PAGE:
Extent:
9 Sound recordings (9 audio cassette sound recordings)
0.1 Linear feet (1 box)
Culture:
African American  Search this
Type:
Collection descriptions
Archival materials
Sound recordings
Place:
Africa, West -- History -- Exhibitions
Africa, Central
Date:
circa 2000-2001
Scope and Contents note:
Audiovisual materials created for an exhibition on African American Dance, held at the Arts and Industries Building December 14, 2000 - June 1, 2001. More than 300 paintings, photographs, sculpture, and archival objects -- some dating to the early 1600s -- are used to trace African American dance from its roots in west and central Africa through the 20th century. On view are masks, robes, drums and musical instruments from Africa, along with works by such artists as Richmond Barthe, Romare Bearden, John Biggers, Elizabeth Catlett, Archibald Motley, Sam Gilliam, and Howardena Pindell. Dancers featured include the Nicholas Brothers, Josephine Baker, Carmen de Lavallade, and Alvin Ailey. Organized by the National Afro-American Museum and Cultural Center, Wilberforce, Ohio. Sponsored by the Anacostia Museum and Center for African American History and Culture. This collection of audiovisual records contains sound recordings of the exhibition script.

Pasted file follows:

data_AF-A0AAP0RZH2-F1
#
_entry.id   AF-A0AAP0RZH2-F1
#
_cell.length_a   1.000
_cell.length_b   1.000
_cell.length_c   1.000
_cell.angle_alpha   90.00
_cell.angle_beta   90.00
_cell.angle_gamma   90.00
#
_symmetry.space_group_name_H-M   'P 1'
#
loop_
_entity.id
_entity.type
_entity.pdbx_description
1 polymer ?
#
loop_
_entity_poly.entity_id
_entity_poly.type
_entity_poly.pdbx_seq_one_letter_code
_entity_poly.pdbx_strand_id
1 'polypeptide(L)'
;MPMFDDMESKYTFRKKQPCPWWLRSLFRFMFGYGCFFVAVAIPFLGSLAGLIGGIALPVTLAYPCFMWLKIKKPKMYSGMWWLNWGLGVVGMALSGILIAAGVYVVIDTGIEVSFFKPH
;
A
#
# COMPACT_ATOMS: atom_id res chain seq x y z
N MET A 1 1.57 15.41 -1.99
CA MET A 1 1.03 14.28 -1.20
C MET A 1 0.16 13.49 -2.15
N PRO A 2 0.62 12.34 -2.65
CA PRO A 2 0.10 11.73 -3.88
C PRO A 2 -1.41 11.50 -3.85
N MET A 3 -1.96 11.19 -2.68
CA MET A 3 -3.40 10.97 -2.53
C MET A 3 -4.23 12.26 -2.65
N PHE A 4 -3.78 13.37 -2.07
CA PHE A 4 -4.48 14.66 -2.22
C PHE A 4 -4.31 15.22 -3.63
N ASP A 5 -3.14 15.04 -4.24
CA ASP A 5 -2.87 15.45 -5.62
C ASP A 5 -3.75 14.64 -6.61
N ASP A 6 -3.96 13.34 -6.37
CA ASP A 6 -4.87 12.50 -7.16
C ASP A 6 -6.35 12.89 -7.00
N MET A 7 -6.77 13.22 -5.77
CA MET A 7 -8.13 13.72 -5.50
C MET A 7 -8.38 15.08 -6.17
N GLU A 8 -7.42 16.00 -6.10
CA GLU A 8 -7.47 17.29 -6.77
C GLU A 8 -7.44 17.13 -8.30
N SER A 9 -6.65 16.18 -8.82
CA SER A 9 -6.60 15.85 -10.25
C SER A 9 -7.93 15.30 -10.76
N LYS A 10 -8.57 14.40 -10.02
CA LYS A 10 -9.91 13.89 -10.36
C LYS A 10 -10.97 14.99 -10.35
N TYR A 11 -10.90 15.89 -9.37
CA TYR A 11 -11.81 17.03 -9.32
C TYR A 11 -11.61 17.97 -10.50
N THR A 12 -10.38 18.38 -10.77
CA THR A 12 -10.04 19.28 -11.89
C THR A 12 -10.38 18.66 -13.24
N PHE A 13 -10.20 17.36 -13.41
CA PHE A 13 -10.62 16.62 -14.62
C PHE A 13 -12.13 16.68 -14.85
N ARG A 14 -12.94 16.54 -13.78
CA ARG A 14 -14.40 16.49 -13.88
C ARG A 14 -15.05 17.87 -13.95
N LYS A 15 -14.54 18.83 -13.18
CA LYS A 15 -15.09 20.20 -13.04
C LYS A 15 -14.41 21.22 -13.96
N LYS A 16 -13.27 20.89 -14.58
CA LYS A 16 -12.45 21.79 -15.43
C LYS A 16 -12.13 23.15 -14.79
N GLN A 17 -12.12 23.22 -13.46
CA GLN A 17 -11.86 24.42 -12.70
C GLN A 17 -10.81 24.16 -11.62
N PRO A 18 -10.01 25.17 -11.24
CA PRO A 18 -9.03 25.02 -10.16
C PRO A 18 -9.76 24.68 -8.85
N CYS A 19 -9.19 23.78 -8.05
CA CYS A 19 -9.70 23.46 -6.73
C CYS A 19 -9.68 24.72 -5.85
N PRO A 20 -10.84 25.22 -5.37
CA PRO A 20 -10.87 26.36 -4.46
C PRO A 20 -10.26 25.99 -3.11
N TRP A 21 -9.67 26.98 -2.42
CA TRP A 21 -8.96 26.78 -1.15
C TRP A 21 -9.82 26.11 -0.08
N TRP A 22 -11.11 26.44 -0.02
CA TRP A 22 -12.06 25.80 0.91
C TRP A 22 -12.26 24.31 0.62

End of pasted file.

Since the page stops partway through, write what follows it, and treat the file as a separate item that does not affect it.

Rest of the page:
Restrictions:
Use of the materials requires an appointment. Some items are not accessible due to obsolete format and playback machinery restrictions. Please contact the archivist at acmarchives@si.edu.
Topic:
Dance  Search this
African American dance  Search this
Museum exhibits  Search this
Genre/Form:
Sound recordings
Citation:
When the Spirit Moves: African American Dance in History and Art audiovisual records, Anacostia Community Museum, Smithsonian Institution.
Identifier:
ACMA.03-061
Archival Repository:
Anacostia Community Museum Archives
GUID:
https://n2t.net/ark:/65665/qa78c7bea8e-e46f-463b-b46c-669b5f12a6a3
EDAN-URL:
ead_collection:sova-acma-03-061

Footsteps from North Brentwood Sound Bites

Creator:
North Brentwood Historical Society (North Brentwood, Md.)  Search this
Anacostia Museum and Center for African American History and Culture  Search this